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Murky online paedo retreat: The Nether explores the fantasy-reality divide

The things that dreams are made of

Theatre Review On a bare stage, two chairs face each other across a table. At the table sits Morris, an investigating detective employed by The Nether – the virtual counterpart to the In-World – where users in the year 2050 can live out their every fantasy. Opposite sits her quarry, Sims, a businessman in his 60s who has been up to no good. His crime: he has created a virtual space, or “realm”, that breaks the rules.

The Nether: Detective Morris (right) confronts Sims (left) over his dodgy online presence.

Detective Morris (Amanda Hale) confronts Sims (Stanley Townsend) over his dodgy online presence
Photo © Johan Persson

There's nothing wrong with creating realms, since that's what The Nether is designed for. The successor to the internet, it's a totally immersive environment in which you can be whoever you like, and do whatever you like. Within reason. The problem is that Sims' realm seems to be taking the lack of accountability a step too far.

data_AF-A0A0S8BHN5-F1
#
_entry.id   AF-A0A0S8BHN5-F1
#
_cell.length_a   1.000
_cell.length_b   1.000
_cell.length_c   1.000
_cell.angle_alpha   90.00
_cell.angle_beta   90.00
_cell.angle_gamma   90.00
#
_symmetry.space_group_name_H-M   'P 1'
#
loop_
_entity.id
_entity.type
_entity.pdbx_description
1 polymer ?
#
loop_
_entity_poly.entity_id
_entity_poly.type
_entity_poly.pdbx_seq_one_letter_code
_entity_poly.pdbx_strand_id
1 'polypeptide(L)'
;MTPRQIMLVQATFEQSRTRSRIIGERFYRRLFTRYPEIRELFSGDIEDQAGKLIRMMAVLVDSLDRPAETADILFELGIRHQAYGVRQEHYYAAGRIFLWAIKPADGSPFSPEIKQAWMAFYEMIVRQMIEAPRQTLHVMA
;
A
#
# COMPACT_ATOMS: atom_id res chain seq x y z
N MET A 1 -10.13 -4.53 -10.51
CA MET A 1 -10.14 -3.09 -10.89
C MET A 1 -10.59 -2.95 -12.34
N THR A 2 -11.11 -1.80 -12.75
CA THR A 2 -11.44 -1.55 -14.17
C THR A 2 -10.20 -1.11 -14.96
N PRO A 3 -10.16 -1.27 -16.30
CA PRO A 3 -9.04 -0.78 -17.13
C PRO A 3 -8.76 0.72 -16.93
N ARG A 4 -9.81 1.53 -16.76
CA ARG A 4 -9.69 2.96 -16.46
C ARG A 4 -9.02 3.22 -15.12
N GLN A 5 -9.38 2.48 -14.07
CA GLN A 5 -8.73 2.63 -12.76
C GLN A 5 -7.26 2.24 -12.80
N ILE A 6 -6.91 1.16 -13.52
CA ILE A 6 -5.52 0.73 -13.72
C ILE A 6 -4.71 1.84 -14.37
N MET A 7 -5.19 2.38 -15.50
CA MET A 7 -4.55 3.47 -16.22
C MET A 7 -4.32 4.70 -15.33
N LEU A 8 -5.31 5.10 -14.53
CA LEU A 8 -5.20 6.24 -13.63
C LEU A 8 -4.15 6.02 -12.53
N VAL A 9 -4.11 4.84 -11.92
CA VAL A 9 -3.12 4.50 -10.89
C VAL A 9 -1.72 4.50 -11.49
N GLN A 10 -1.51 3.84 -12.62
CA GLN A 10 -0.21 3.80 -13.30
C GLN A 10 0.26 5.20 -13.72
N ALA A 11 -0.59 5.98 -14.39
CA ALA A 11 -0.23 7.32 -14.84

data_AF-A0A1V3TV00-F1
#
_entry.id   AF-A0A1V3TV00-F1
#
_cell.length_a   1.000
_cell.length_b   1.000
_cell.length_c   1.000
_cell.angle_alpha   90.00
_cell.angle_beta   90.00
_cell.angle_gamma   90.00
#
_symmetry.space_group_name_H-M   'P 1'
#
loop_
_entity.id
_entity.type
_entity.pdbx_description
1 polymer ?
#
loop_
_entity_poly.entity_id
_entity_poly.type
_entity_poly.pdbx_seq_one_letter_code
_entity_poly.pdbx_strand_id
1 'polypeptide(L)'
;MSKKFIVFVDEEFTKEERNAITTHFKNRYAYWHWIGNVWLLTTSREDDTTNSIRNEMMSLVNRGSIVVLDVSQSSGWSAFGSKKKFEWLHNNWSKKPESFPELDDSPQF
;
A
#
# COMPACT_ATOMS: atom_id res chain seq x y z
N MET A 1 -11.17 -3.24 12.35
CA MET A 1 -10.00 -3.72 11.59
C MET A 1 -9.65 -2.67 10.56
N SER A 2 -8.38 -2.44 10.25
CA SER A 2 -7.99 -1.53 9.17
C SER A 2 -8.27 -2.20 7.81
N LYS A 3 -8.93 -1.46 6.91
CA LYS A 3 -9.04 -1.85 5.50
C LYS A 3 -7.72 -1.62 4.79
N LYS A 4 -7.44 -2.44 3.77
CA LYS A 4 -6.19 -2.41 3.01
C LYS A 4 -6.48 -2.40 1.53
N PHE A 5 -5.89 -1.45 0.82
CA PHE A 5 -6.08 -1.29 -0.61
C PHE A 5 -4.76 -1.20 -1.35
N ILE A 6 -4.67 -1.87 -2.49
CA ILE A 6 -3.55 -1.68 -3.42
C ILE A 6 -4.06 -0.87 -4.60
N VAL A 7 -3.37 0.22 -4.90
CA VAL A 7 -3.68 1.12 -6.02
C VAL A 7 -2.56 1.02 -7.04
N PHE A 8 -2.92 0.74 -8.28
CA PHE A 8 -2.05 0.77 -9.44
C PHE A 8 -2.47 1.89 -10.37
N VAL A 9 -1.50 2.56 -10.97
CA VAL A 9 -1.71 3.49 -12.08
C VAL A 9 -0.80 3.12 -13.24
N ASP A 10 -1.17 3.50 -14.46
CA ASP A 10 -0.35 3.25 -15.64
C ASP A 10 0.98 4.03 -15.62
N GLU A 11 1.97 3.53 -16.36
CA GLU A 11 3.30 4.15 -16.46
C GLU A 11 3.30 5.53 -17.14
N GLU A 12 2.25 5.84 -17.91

Known as The Hideaway, Sims' realm amounts to a beautifully rendered high class brothel in which patrons can take advantage of ten-year-old children. This, Morris declares, is too shocking even for stretched sensibilities of The Nether, and needs to be closed down.

Sims, however, mounts a robust defence of his realm: "The most important thing we offer here is the opportunity to live outside consequence."

Just as visitors to The Hideaway can assume any persona they like, so the children are themselves 'performed' by adults assuming childlike form. And since the end result is an act between consenting adults, what harm is being done?

The frenetic, self-consciously high tech animation projected onto the backdrop changes to depict a 3D model of a Victorian house being constructed, which then rises to reveal The Hideaway itself. It's a beautiful, entrancing space: an exotic room decorated with mounted deer head trophies and chandeliers, complete with flickering fireplace.

The 10-year-old Iris (Zoe Brough) loves the avuncular Poppa (Stanley Townsend) – but neither is what they seem

The 10-year-old Iris (Zoe Brough) loves the avuncular 'Poppa' – but neither is what they seem
Photo © Johan Persson

But the walls are replaced by an endless vista of real poplar trees, appearing to continue into infinity through the ingenious use of mirrored panels. Throughout its several variations, the depiction of The Hideaway remains magnificently, gloriously appealing.

We meet the diffident Woodnut, on his first visit to The Hideaway. After being welcomed by Sims – known within his realm as Poppa – he's then introduced to the 10-year-old Iris, who resides in her Victorian bedroom. Initially shy, Woodnut is uncertain how to proceed; it's up to the experienced Iris to help him to relax.

In a truly uncomfortable scene, we see the 10-year-old girl seducing the older man, who at first reluctantly and then willingly gives way to his secret desires.

Next page: A good hiding

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